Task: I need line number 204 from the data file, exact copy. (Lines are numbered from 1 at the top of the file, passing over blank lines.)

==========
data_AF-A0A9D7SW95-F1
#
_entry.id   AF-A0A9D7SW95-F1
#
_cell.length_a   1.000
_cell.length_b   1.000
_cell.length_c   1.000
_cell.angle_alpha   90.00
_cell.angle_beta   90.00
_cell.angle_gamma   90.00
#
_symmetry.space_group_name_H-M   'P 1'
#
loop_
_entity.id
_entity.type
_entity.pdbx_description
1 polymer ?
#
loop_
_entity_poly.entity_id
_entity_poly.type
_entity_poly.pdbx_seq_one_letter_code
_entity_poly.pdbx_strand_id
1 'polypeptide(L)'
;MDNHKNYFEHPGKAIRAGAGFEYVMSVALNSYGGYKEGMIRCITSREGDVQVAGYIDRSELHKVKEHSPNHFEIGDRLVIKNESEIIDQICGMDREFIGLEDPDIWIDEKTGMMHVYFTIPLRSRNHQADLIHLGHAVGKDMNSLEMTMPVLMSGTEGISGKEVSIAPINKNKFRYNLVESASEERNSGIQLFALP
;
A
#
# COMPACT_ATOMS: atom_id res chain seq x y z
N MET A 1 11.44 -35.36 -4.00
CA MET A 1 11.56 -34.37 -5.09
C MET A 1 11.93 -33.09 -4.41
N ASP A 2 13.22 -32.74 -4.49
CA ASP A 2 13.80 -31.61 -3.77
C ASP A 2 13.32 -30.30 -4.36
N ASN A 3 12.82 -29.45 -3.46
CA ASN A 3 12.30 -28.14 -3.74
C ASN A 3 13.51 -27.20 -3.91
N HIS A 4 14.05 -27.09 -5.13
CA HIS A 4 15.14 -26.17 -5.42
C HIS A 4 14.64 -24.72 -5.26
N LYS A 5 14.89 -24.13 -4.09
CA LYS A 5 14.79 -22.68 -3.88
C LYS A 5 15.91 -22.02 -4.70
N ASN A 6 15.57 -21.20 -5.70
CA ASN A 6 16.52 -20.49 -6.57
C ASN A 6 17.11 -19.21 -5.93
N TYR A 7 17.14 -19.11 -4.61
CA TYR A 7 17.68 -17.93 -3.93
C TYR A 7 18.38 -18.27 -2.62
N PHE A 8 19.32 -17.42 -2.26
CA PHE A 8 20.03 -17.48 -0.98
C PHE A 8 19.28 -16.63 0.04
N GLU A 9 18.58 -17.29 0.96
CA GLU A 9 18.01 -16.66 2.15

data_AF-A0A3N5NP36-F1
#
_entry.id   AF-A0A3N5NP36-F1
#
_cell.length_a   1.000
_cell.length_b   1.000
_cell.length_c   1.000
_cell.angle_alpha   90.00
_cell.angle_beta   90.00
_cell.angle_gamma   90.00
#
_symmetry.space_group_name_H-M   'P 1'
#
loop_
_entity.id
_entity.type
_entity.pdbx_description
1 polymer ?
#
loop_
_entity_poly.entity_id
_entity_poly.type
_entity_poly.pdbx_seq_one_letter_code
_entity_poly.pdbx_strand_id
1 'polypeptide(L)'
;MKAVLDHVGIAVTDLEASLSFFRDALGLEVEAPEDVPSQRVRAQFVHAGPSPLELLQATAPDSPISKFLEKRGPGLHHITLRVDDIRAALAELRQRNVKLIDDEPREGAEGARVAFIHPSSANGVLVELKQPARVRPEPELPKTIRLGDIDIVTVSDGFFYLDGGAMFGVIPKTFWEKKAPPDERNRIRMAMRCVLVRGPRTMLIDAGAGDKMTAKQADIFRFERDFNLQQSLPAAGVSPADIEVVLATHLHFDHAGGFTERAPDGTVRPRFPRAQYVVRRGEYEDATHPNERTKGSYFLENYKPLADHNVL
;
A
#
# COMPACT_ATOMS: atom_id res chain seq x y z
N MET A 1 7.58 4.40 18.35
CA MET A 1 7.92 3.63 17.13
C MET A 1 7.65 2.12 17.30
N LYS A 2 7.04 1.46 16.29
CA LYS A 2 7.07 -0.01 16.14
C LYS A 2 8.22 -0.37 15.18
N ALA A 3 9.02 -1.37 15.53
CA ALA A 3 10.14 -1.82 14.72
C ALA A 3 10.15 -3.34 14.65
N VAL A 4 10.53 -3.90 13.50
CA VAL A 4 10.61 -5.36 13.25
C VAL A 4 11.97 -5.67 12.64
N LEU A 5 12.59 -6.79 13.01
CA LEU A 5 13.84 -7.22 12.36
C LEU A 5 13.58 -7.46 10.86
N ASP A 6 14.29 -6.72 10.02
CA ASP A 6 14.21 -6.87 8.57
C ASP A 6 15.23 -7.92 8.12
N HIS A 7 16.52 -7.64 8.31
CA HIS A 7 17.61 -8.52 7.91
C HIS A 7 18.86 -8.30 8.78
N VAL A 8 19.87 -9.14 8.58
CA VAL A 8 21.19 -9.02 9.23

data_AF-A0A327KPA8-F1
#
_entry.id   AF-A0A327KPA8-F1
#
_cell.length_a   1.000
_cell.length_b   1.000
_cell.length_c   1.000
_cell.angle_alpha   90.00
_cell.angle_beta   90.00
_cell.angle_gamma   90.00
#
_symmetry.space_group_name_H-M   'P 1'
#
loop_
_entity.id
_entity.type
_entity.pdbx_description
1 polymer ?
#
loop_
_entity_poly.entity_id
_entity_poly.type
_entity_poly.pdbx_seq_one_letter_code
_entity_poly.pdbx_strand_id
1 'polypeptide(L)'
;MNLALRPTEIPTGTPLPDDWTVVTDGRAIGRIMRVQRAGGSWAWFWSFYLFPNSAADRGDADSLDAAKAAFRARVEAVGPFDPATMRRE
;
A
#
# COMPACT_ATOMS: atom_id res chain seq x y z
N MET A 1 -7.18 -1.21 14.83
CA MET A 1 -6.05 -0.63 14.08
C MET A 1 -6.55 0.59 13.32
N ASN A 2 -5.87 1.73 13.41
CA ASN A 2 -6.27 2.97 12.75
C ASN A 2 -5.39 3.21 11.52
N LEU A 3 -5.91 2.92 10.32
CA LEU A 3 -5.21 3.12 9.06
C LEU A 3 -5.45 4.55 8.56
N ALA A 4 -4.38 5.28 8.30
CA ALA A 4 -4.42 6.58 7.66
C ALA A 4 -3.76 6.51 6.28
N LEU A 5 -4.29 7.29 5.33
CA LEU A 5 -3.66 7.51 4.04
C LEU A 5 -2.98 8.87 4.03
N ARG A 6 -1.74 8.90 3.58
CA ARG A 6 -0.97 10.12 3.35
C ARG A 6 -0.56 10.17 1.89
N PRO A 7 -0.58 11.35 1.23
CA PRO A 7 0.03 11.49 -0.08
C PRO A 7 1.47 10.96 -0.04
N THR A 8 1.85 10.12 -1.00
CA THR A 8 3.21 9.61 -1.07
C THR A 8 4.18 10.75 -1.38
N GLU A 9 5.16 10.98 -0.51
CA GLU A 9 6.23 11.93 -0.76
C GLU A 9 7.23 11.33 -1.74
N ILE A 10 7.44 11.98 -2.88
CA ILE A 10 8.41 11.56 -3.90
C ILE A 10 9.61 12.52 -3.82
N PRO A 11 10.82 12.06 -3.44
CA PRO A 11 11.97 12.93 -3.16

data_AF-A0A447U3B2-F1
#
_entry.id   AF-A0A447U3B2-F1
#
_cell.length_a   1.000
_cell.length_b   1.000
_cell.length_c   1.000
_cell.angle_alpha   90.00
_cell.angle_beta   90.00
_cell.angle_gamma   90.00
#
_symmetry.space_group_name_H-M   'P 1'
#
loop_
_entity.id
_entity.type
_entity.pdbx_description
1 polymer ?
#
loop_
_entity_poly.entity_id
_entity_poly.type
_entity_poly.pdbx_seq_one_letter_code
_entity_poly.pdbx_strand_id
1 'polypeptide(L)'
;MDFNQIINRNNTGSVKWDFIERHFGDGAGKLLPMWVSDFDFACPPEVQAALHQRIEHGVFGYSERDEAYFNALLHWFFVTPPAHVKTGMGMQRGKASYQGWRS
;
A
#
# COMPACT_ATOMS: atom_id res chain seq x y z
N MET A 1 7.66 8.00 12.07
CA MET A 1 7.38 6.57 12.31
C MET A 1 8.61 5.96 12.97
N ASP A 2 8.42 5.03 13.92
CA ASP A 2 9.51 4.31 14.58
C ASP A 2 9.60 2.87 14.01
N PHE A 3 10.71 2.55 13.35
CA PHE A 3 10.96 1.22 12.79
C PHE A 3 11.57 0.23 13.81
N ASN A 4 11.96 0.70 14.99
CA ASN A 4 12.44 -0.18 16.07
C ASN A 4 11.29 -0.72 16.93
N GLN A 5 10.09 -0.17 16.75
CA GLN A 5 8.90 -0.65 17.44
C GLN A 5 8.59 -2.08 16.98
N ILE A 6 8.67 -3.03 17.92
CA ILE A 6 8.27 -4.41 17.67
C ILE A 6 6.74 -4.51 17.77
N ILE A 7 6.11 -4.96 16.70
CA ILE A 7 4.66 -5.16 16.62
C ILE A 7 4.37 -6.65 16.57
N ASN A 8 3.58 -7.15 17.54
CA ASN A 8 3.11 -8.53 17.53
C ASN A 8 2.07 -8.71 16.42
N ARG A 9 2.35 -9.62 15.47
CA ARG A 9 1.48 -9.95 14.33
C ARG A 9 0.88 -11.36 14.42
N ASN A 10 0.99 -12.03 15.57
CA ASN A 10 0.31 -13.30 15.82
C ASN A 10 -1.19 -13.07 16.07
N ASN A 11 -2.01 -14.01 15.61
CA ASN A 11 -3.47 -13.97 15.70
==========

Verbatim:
C MET A 1 8.61 5.96 12.97